Posted by: jcardillo | 2 August, 2009

Honest Consumer Relationships

Josh Kadis recently tweeted about Campagnolo’s new chain tool for their 11-sp gruppos. Because of the very tight tolerances involved in such a setup, only Campagnolo’s (at least for now) chain tool will do. You can acquire said chain tool for $300, or more than what I paid for the elements of my last handbuilt wheelset. However, it’s not the price I have a problem with (if you’re dropping $18b on a gruppo, what’s another $300), it’s Competitive Cyclist’s description.

For a long time, Competitive Cyclist has written incredibly detailed product descriptions including backstory, product details, usage instructions, and even some of the issues associated with said product. Whether or not this is a good use of their marketing effort, I’m not sure. At the end of the day, this is not the industry you get into to become rich and if those product descriptions don’t hurt sales while making it more fun to come into work, I say “Rock On!” Not terribly long ago, they also started blogging. The blog is interesting because it’s a no-holes barred stream of consciousness session. Not infrequently, they also provide much more insight into the economics of online retailers and their relationships with suppliers, importers, customers, etc. I find this really interesting and a great way of establishing a trusting, honest relationship with all of those parties.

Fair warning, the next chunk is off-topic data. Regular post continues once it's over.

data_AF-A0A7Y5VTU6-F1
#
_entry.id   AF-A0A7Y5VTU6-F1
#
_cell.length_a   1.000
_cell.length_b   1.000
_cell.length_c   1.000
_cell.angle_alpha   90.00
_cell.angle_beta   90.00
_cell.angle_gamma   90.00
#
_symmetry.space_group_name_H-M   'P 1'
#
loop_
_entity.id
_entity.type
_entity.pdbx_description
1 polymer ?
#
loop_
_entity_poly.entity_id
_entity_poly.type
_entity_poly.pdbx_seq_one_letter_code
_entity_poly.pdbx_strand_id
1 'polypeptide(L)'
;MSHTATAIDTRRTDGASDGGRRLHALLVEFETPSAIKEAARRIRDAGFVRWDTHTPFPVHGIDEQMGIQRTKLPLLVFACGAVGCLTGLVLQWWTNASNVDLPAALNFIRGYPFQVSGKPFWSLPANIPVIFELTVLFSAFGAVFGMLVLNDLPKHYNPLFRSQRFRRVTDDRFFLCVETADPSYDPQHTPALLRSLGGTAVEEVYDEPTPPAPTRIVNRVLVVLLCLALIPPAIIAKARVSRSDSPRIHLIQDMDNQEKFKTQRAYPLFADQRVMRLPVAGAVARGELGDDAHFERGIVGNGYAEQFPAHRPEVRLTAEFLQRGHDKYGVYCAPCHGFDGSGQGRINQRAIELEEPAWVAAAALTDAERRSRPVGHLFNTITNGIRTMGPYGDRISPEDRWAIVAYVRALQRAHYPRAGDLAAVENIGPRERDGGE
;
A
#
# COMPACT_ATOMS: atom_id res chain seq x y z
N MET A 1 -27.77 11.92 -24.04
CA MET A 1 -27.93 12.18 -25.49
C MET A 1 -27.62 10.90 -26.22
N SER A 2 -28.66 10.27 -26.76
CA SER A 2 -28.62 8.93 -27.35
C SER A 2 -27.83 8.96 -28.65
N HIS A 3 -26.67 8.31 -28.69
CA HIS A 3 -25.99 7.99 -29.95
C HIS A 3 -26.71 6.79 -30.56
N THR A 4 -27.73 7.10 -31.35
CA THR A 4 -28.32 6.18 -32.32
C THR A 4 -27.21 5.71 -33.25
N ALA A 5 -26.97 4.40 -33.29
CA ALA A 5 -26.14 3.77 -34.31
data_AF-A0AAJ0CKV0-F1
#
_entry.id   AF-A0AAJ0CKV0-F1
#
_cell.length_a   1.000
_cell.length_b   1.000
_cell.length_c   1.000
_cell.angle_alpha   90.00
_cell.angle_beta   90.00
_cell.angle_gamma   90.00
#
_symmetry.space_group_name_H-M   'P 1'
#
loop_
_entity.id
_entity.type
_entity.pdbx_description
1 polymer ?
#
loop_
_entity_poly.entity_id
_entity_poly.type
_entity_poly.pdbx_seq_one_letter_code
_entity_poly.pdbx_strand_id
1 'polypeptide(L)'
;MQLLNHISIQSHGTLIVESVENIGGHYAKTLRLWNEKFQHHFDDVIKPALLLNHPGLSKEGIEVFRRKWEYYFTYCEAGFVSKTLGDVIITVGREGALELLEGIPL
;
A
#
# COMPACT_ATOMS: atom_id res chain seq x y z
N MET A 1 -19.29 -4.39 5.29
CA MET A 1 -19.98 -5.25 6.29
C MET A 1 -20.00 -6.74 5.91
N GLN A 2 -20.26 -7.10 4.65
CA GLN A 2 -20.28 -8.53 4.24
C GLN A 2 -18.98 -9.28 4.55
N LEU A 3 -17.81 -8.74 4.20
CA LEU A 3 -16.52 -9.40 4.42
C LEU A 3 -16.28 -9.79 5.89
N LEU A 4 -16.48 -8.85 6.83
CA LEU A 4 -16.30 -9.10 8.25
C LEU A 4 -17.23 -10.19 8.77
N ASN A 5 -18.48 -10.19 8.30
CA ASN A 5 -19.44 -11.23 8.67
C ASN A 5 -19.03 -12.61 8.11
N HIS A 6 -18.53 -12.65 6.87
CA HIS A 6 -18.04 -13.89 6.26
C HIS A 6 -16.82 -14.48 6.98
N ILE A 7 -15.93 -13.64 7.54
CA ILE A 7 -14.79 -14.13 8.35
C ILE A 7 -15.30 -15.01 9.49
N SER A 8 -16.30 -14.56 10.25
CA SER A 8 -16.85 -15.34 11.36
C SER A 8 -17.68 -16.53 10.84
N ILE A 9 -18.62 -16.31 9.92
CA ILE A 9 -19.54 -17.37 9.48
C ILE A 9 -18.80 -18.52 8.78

The product description for the Campagnolo chain tool seems to break that previously established trust. Rather than their typical honest write-up, it seems they’ve applied their wordsmithing abilities in a limited fashion to Campy’s in-house product description and plopped it on the page. For a small bit like this, it seems to pass the ROI test, but in relation to their broader strategy (I assume it’s a strategy) of using content to build an honest relationship with their customers, it seems to fail.

IMHO, a typical description with the standard level of snark would have been more appropriate – something more like this (my edits in bold).

The 5.5mm width of the Campagnolo’s 11 speed Ultra Shift chains makes them the quietest and quickest shifting chains they’ve ever made. It’s also their toughest-ever chain design thanks to the retention force inherent to its Ultra Link technology. The benefits of the Record 11 speed chain are all byproducts of its narrowness, but this narrowness comes with one implication: The installation process requires an unprecedented degree of precision. While, like you, we find the $300 price tag a bit shocking, until the aftermarket manufacturers come up with their own options, this is a required add-on to any Campagnolo 11-sp purchase. We have no doubt in its quality, based on their long history of great tools (we’re thinking of the facing and chasing tools…), and therefore have no problem recommending this until such time as either Campagnolo comes to their senses and/or the aftermarket manufacturers build their own version.

Might it piss off Campy? Maybe. Will it burn a bridge somewhere? Perhaps. Is it worth it to continue and even expand their reputation as an honest dealer that has their customer’s best interests at heart. Definitely.

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